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Brazilian presidential front runner Jair Bolsonaro has portrayed China, its largest trading partner, as a predator looking to dominate key sectors of its economy. Photo: AP

Beijing nervous about Brazil’s China-bashing presidential candidate, Jair Bolsonaro

  • Chinese diplomats have met election front runner’s advisers to highlight cooperation with South America’s largest country
  • But would-be leader has accused China of trying to buy Brazil

The Chinese government is trying to make peace with Brazil’s leading presidential candidate, Jair Bolsonaro, whose China-bashing threatens to chill a profitable trading relationship that has benefited both countries.

Chinese diplomats based in Brasilia have met twice with top Bolsonaro advisers in recent weeks, according to participants in the meetings. Their aim is to highlight cooperation with Latin America’s largest country, whose grain and minerals have fuelled China’s rise while lifting millions of Brazilians out of poverty in the resulting commodities boom.

Bolsonaro has portrayed China, its largest trading partner, as a predator looking to dominate key sectors of its economy.

With its own economy slowing, China cannot afford to become embroiled in another costly trade war as it has with the United States.

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Two-way trade between China and Brazil stood at US$75 billion last year, according to Brazilian government statistics. China has invested US$124 billion in the South American country since 2003, mostly in the oil, mining and energy sectors, and Beijing is eager to bankroll railway, port and other infrastructure projects to speed the movement of its Brazilian grain.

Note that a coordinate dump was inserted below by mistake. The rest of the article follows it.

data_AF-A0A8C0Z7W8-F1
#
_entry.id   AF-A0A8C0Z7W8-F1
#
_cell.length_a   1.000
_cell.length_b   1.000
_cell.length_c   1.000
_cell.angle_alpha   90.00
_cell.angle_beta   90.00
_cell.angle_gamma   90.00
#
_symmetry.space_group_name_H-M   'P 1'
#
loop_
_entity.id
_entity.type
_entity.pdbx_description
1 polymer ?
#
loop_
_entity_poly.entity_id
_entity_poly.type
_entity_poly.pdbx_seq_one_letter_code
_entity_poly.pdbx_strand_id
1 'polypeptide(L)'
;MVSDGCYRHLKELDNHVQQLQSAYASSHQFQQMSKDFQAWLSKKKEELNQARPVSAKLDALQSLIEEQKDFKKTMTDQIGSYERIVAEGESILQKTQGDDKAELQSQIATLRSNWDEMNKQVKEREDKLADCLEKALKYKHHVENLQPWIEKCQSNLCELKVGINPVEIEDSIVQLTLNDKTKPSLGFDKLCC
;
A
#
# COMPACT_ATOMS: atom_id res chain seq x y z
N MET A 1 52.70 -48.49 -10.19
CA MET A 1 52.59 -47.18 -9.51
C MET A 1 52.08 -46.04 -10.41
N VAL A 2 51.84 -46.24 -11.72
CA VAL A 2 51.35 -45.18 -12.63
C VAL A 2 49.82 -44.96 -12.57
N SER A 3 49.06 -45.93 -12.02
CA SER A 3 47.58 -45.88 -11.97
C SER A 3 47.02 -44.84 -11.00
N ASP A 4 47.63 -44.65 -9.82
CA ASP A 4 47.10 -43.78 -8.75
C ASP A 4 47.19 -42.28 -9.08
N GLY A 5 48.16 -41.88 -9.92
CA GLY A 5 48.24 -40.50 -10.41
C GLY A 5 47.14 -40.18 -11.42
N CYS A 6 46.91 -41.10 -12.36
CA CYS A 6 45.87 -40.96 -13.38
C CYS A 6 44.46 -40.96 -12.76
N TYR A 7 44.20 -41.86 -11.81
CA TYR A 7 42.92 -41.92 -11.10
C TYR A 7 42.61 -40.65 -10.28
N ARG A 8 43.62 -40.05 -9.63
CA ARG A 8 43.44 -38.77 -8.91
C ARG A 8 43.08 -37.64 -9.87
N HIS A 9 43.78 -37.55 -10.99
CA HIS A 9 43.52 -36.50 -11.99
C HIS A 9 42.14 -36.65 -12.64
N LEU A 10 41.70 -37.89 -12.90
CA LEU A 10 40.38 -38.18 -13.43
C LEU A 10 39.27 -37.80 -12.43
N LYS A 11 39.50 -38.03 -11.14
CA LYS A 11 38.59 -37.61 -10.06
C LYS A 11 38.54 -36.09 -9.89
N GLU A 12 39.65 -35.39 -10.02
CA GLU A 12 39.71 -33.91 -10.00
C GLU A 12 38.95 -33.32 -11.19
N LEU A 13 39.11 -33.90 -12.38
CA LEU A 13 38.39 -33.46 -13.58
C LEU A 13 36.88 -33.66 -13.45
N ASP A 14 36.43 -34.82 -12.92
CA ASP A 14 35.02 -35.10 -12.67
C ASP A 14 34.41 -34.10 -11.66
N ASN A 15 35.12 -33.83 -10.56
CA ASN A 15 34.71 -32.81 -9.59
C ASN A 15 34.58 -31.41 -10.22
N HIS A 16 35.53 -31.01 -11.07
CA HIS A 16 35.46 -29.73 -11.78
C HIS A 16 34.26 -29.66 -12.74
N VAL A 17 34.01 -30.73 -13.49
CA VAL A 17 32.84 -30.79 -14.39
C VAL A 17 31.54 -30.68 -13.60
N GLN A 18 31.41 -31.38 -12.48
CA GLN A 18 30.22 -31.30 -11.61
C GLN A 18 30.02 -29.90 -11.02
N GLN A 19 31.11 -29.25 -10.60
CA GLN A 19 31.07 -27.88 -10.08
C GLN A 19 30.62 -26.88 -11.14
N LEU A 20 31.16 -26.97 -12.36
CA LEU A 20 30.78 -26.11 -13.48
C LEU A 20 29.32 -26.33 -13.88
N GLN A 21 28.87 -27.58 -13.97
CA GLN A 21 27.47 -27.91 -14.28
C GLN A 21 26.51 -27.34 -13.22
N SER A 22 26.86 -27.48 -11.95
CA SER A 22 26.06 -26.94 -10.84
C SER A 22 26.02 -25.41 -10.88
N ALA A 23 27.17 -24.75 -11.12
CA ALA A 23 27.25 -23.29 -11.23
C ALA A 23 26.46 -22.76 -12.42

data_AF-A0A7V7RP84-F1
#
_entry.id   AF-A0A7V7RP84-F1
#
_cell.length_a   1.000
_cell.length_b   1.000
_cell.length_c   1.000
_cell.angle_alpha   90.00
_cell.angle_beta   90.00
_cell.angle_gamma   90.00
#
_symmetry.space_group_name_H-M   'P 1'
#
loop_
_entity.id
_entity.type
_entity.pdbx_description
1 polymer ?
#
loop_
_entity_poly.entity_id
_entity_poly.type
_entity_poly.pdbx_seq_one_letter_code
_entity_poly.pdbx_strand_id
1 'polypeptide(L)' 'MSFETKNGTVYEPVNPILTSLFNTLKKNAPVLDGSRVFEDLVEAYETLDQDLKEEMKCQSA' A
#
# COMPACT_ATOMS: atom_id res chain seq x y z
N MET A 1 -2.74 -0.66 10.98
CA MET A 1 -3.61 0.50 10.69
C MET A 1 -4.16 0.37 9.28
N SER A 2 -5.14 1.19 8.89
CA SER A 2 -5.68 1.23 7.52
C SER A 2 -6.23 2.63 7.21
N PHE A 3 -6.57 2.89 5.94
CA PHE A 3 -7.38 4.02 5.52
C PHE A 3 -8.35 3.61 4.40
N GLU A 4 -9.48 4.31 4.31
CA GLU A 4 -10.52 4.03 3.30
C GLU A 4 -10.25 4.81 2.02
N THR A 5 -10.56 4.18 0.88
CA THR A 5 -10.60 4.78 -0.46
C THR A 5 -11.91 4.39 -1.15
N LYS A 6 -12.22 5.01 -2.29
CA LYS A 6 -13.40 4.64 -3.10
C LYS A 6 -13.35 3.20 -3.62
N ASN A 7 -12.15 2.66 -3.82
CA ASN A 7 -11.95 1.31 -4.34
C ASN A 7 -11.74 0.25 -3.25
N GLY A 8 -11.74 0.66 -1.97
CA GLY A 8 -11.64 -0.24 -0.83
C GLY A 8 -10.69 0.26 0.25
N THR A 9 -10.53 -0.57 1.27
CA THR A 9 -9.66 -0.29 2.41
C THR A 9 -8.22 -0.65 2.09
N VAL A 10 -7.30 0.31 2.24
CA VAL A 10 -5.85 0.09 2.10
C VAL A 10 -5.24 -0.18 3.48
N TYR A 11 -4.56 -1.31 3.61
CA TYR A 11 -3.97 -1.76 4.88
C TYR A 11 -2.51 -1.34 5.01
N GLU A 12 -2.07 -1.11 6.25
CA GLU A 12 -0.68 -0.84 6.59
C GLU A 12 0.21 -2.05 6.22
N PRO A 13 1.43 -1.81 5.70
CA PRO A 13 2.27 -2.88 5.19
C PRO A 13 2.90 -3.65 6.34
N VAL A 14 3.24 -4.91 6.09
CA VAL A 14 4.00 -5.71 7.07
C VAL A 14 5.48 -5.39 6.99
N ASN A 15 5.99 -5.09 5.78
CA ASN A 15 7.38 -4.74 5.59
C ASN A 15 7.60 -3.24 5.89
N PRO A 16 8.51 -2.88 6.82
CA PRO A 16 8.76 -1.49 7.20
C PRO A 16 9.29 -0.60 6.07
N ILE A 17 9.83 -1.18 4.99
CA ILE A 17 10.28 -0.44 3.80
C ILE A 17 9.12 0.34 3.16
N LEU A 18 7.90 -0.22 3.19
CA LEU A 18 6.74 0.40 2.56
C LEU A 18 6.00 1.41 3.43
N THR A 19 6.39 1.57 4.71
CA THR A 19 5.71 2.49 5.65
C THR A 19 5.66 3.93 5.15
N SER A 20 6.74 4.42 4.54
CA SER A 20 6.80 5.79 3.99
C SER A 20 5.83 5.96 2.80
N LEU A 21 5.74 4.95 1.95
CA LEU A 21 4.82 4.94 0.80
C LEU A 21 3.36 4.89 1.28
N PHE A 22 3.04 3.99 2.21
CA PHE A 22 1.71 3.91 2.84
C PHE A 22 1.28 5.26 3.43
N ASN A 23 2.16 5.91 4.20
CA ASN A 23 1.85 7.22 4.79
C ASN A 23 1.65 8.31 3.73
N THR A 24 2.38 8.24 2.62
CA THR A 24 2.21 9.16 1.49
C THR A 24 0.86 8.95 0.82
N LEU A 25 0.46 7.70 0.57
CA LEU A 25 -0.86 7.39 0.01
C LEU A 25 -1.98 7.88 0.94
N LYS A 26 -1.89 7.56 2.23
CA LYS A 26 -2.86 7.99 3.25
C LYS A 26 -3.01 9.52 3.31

But the far-right Bolsonaro, much like US President Donald Trump, has criticised China repeatedly on the campaign trail, saying the Chinese should not be allowed to own Brazilian land or control key industries. An ardent nationalist, Bolsonaro is expected to win a landslide victory at the polls on Sunday.

“The Chinese are not buying in Brazil. They are buying Brazil,” he has warned repeatedly.

Companies in the crosshairs include China Molybdenum Co, which bought a US$1.7 billion niobium mine in 2016 that Bolsonaro said Brazil should develop itself.

Niobium is used as an additive to steel to make it stronger and lighter. It is used in cars, buildings, jet engines and a host of other applications. Brazil controls about 85 per cent of the world’s supply and Bolsonaro wants it to reap the benefits.

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He is also on record opposing a planned privatisation of some assets of state-owned utility Centrais Eletricas Brasileiras SA (Eletrobras) on concerns that Chinese buyers would win the bid.

Officials at China Molybdenum declined requests for comment, but six senior executives at Chinese companies operating in Brazil told Reuters they were watching Bolsonaro’s remarks with varying degrees of concern.